Juneteenth: New Santigold Single ‘Ain’t Ready’ is an Anthem of Self-Determination
As we undertook the second annual celebration of Juneteenth as a national holiday yesterday, June 19 (thanks to the 2021 signing of the Juneteenth National Independence Day Act), it was a telling statement on American racial division that 32 states have not yet officially recognized it as an actual paid state holiday (the other 18 have declared today, June 20, as an official day off). One can feel free to guess at the motivations behind the delays…but it all seems spiteful, at best.
The new Santigold single ‘Ain’t Ready’ wasn’t necessarily written to coincide with Juneteenth…but its message nevertheless hits the mark squarely, which is often what happens when you make art from a conscious point of view. It began as another of the ever provocative Philly songstress’ signature collabs, undertaken first with Canadian producer Illangelo, birthed as an instrumental piece, and then completed with contributions from Dre Skull and Sbtrkt. There was also a bit of destiny about it, as she now recalls its inception.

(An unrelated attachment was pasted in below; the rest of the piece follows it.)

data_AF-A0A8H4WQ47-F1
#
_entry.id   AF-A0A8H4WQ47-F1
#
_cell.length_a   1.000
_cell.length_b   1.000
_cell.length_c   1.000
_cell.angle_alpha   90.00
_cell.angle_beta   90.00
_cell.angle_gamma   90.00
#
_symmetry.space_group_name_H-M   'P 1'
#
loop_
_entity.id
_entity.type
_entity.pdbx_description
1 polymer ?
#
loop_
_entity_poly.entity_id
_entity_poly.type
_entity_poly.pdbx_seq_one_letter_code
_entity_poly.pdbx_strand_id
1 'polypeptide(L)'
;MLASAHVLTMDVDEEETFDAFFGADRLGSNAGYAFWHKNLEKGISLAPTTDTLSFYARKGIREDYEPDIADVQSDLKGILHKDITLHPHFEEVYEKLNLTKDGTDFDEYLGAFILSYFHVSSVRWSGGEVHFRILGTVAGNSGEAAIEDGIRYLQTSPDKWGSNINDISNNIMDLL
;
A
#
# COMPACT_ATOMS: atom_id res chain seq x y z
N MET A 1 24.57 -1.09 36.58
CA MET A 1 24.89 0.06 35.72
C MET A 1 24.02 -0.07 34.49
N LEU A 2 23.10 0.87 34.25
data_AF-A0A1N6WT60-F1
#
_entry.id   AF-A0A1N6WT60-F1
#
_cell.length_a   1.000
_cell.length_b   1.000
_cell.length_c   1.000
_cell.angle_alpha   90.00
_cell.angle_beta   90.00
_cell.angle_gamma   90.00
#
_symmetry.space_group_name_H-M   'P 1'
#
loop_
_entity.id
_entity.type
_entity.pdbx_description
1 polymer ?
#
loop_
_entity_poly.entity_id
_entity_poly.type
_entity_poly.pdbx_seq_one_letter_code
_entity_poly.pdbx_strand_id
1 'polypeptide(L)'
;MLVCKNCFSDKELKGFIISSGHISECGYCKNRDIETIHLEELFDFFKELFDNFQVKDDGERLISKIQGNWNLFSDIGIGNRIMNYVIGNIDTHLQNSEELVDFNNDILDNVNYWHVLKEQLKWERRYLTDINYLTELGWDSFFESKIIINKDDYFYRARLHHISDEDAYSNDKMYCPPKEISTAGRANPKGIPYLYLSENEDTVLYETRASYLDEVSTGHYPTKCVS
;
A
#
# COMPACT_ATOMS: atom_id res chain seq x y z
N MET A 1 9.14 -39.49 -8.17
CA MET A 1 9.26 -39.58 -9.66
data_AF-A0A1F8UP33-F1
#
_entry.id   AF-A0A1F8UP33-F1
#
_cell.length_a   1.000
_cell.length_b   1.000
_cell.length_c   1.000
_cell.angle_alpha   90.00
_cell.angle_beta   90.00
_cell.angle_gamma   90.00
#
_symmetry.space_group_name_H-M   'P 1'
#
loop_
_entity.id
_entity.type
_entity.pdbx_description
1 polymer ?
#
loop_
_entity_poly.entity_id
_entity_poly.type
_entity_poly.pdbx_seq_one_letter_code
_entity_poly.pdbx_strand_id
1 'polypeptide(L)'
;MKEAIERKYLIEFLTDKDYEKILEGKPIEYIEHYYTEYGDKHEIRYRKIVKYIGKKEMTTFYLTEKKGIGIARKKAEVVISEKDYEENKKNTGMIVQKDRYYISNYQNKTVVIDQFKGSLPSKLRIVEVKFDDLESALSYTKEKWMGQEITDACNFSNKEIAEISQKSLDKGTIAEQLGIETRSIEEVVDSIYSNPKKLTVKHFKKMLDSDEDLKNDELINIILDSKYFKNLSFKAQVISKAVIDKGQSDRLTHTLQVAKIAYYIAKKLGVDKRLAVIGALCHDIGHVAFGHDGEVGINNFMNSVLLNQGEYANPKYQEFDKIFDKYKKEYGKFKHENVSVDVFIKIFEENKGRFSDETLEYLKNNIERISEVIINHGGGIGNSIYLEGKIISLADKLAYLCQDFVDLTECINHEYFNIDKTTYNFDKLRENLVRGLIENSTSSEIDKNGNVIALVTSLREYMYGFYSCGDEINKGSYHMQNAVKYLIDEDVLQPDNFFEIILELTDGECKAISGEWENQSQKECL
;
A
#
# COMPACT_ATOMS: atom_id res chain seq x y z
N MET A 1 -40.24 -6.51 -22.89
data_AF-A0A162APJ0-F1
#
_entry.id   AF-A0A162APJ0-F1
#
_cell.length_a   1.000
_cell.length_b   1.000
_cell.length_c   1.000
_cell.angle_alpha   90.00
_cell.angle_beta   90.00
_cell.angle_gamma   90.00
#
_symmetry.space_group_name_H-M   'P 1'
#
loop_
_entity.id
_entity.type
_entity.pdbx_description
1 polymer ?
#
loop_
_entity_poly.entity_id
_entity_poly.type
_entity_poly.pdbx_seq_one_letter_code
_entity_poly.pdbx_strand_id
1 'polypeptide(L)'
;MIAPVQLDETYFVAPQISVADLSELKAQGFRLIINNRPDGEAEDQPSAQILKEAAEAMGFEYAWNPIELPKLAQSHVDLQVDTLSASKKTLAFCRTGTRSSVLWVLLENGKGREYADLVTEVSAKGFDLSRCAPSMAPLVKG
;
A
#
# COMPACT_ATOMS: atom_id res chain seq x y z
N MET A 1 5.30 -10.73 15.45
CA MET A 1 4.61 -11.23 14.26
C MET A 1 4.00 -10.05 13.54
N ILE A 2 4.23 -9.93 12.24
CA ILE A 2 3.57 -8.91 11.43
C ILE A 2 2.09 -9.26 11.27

“The whole melody just poured out; there were no words but all the emotion was there. To me, the song sounded full of struggle and perseverance, and I wanted the production to sound tough, to mirror that grit.”
Despite its purely sonic initiation, when the words were later added, it ended up as very much the anthem of empowerment and self-determination that it was surely always meant to be. Indeed, with its mantra of, “All want it, yeah, we want what we had,” it feels nothing short of imperative.
“I struggled to find the right lyrics at first,” she recounts, “but when I got them right, and I started singing them one night in my studio alone, I cried. This was my own battle song. It’s about taking the hits that life brings and getting back up. It’s about change and moving forward. It’s about faith and vision. And it’s about stepping into your own power.“
“I loved the idea of calling it that,” Santi explains, “because it touched on the idea of Negro spirituals, which were songs that served the purpose of getting Black people through the un-get-throughable. In the absence of physical freedom, spirituals have traditionally been music whose sound and physical performance allow its participants to feel transcendental freedom in the moment. That’s what this record did for me.”
To make a Juneteenth donation to the NAACP Legal Defense Fund, go to naacpldf.org.